Tuesday, June 23, 2009

Barn Swallows

This blog entry is from our Collections Manager, Sarah Holland. I've posted it for her this week.

The sounds of baby birds chirping in their nests are usually welcome in the spring and summer months. Unfortunately, when birds decide to use a historic structure for the base of their nests, the sounds are not so pleasant. Bird nests—and their owners—present an enormous problem for Curatorial staff members, Preservation Specialists, and visitors.

Currently, some of the outbuildings at Stratford Hall are the summer homes for breeding families of Barn Swallows. Barn Swallows have off-white underparts and blue upperparts and favor open country near water. During May and early June each year, Barn Swallows will return to the same area to nest where easily accessible man-made structures provide a perfect location to build their mud pellet nests.

Stratford Hall’s Outbuildings, which interpret Slave Life, Coaching, an Overseer’s Quarters, and a Gardner’s Shed, are open to the public during visiting hours and are a perfect location for Barn Swallows to nest. To an average home-owner, Barn Swallows create a nuisance that is easily managed by installing plastic eaves and netting to the sides of their homes. Unfortunately, in a historic structure these deterrents are not a possibility.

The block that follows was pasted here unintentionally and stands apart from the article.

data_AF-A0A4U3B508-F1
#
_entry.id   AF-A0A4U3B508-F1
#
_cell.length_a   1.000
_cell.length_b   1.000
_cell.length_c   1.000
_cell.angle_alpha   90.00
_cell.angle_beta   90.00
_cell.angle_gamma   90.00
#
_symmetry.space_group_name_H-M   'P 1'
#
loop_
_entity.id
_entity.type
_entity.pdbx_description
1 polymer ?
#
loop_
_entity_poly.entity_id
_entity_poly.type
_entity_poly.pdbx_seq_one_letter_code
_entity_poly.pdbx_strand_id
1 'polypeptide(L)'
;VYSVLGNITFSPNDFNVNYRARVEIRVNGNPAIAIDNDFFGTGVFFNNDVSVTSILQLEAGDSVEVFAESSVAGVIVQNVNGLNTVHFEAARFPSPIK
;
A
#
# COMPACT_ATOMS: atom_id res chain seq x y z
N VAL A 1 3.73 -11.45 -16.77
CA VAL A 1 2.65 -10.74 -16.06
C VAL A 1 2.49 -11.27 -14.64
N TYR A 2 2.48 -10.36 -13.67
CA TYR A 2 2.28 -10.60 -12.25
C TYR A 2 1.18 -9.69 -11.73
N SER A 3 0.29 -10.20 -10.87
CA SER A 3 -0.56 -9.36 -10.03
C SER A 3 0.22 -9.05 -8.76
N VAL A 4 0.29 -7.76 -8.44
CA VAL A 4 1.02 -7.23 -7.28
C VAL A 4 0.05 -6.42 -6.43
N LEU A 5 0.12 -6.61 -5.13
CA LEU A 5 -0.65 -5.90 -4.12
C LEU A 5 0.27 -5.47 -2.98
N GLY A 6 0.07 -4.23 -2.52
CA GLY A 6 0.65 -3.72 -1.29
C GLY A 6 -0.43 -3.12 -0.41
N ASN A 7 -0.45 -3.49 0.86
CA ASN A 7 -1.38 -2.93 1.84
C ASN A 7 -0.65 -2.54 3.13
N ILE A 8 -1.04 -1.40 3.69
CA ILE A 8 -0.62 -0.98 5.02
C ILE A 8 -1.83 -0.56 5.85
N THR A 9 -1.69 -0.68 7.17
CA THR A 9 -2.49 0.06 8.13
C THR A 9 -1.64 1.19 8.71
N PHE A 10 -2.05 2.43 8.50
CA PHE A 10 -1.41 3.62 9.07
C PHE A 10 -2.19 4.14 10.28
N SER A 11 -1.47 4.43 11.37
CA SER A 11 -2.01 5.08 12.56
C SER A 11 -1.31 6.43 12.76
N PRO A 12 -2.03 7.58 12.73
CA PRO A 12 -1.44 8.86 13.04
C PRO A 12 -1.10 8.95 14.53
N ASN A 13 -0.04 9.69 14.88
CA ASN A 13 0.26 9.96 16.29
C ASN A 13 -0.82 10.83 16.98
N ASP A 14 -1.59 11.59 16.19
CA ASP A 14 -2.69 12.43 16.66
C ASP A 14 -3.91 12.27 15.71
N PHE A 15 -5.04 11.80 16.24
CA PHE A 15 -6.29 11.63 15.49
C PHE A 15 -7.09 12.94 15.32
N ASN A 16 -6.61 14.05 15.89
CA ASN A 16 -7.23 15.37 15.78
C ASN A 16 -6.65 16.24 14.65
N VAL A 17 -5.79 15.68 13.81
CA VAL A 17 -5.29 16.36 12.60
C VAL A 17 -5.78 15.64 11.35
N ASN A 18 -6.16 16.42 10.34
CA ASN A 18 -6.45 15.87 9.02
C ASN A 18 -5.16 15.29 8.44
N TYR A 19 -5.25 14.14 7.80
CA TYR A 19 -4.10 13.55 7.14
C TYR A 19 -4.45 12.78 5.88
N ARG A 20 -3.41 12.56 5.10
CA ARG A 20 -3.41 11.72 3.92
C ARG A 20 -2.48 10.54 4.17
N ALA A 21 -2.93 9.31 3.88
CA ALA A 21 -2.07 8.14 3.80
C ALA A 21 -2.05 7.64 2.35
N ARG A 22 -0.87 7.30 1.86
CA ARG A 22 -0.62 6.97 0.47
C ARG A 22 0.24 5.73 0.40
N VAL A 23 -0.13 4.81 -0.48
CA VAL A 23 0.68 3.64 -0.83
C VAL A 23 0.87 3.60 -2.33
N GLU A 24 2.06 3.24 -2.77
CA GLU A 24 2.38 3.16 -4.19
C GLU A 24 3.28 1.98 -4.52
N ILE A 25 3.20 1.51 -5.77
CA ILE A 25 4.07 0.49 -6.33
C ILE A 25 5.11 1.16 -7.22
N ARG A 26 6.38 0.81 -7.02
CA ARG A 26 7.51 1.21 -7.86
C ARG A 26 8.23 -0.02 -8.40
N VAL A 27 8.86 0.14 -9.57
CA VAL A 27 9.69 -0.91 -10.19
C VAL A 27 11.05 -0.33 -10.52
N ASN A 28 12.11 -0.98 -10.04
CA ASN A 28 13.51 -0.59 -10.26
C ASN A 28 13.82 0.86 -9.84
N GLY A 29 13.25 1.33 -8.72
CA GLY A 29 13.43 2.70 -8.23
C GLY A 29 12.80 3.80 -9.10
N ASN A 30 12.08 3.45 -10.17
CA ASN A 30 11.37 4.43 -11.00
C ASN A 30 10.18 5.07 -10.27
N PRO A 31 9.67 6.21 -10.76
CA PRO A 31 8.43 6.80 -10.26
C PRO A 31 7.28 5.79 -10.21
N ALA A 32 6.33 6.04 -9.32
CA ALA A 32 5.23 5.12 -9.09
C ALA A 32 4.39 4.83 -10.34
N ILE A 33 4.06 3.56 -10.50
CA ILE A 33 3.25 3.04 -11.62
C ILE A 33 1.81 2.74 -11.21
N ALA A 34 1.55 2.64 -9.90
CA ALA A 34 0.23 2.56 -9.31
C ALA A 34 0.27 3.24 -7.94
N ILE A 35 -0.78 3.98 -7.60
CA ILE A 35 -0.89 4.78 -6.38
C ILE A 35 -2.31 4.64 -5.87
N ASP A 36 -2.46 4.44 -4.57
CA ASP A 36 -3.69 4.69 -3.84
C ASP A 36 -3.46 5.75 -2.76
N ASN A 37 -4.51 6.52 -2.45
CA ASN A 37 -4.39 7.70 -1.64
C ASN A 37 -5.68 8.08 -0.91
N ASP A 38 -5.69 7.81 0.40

Plastic eaves and netting hanging from the ceilings distract visitors from the atmosphere of a historic site and also cause unwanted changes to a preserved building. Simply removing the nest is also not an option. Nesting birds are protected by the Migratory Bird Treaty Act of 1918 and removal of the birds, their nests, and other trappings is illegal.

Yet the dizzying distraction of birds flying in and out of buildings, feces on objects and building materials, and the health hazards that nests generally pose is a unique problem. We are currently letting the birds finish their mating season prior to removing, cleaning, and re-housing objects. After that, we will be working on cleaning the historic structures and using alternative methods, such as plastic owls, to deter the birds from re-nesting next year. Any suggestions are welcome. Thus, when you visit Stratford Hall, please enjoy nature at work and give the fledglings a little flying room!

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